This year, April 20 is different. Marijuana lovers have long celebrated 4/20but now that companies are seeing a potential for profit, they also involve, with credits like $ 4.20 Lyft and Carl Jr. burgers infused with CBD. Marijuana is a big deal, although it is not legal everywhere yet. So, what is the current state of marijuana legalization?
In summary, things look promising. From the point of view of public opinion, the legalization of marijuana has become very popular. As VoxGerman Lopez noted, three major national polls show how much support is growing rapidly. All three show that over 60% of Americans support legalization. According to Gallup, for example, 66 percent Americans have supported legalization in 2018, against 60 percent just two years ago.
The trend continues with regard to state-level legislation. The 2016 election was a tipping point for the legalization of marijuanaand three states voted for in the mid-term elections of 2018, including Michigan, the first Midwestern state to do so. In total, 10 states and Washington have legalized marijuana, and others have decriminalized the drug. States like Ohio and Arizona are likely to have voting initiatives pushing for legalization soon.
"The political wind is certainly in favor of legalizing marijuana now," says Steve Hawkins, executive director of the Draft policy on marijuana. "If we currently have 10 states that have legalized marijuana, we could easily see 10 more by the end of 2020.
The Hawkins Group believes that once marijuana is legal in 25 states, it will "create this tipping point" to allow Congress to end the federal prohibition. "It would be a mistake to think that Congress will act because of the lobbying efforts of the federal government," said Hawkins. "Legislators need to hear from their constituents, and change will happen when the state's lobbying lobby forces act."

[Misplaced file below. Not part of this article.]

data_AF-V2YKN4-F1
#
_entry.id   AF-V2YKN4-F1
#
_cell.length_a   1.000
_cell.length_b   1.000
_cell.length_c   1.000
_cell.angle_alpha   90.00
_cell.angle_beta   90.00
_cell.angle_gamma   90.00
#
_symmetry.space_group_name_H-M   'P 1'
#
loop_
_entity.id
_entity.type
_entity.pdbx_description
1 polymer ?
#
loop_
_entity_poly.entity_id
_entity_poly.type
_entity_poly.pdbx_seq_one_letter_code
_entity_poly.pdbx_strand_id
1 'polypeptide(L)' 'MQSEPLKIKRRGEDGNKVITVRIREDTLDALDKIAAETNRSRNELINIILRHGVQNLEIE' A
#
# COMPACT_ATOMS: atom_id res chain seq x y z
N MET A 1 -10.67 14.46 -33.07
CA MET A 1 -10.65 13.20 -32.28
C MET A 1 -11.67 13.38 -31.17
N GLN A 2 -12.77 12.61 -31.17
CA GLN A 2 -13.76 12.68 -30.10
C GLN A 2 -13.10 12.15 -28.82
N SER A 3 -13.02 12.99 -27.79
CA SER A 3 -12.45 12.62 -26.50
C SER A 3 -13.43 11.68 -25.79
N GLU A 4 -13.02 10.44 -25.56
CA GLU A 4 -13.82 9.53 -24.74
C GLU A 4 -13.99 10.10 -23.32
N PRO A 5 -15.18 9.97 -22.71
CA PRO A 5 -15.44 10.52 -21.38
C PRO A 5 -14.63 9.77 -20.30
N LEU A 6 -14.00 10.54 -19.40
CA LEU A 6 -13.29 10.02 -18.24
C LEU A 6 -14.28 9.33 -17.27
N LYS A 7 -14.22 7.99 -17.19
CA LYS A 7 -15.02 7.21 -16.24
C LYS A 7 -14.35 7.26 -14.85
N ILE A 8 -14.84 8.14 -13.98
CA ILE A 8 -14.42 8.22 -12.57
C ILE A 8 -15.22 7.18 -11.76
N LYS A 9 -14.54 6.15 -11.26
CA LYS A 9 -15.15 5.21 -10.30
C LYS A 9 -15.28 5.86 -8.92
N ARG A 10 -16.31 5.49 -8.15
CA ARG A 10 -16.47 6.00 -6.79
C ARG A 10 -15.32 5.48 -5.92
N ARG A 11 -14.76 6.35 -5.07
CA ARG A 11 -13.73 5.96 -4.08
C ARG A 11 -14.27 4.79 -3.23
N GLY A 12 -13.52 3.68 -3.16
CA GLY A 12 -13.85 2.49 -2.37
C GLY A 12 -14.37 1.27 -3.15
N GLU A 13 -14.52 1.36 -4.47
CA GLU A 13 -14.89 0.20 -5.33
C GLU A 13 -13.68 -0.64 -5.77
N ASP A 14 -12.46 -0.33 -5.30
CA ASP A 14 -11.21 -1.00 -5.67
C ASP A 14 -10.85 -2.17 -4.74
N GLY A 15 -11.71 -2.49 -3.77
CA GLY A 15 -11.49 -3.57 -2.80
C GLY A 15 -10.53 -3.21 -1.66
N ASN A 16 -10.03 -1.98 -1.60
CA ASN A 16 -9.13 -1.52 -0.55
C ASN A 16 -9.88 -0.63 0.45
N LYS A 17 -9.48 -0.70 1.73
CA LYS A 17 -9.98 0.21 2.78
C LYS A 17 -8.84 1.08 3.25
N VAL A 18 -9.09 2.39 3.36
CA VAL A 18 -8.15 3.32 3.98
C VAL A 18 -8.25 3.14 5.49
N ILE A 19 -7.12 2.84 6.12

That said, federal reform of marijuana laws has become a key topic for the 2020 presidency. Democratic candidates. Meaning. Bernie Sanders (I-VT), Cory Booker (D-NJ), Kamala Harris (D-CA), Kirsten Gillibrand (D-NY) and Elizabeth Warren (D-MA) all spoke in favor of loosening laws on marijuana.
Justin Strekal, Political Director of the National Organization for the Reform of Marijuana Laws (NORML), points out that the previous Congress had introduced 63 draft laws on the prohibition of cannabis. "This number is higher than every previous session of the Congress," he said. The bills addressed everything from the end of the criminalization policy to the provision of resources to clear criminal records in order to restrict legislation that would allow Veterans Affairs Canada conducts research trials.
Part of the legislation under consideration now includes the End of the Federal Law on the Prohibition of Marijuana, which would officially remove marijuana from the Controlled Substances Act and allow states to regulate. (The Drug Enforcement Administration currently lists marijuana as a Schedule I drugwhich means that it is considered more dangerous than cocaine and methamphetamine). There is also the SAFE Banking Law, which would financial institutions to work with cannabis producing companies without fear of being sanctioned by the federal government, and the RESPECT Resolution, which encourages states to adopt some of the best practices to reduce racial disparities in the marijuana industry and help repair the effects of war on drugs. Even though black and white Americans consume marijuana at similar rates, blacks are nearly four times more likely to be arrested for possession of marijuana, according to a 2013 report. This general pattern holds even after legalization.
For Strekal, there are still many questions about how legalization might unfold. For example, will federal policy reform end the criminalization of marijuana or limit the application of the federal Controlled Substances Act? Will a comprehensive federal bill include aspects of restorative justice for those affected by criminalization? Do you include resources for underground economy players to work in the legal marijuana market? "We've moved the conversation from an" if "to a" how "," says Strekal. "And how?"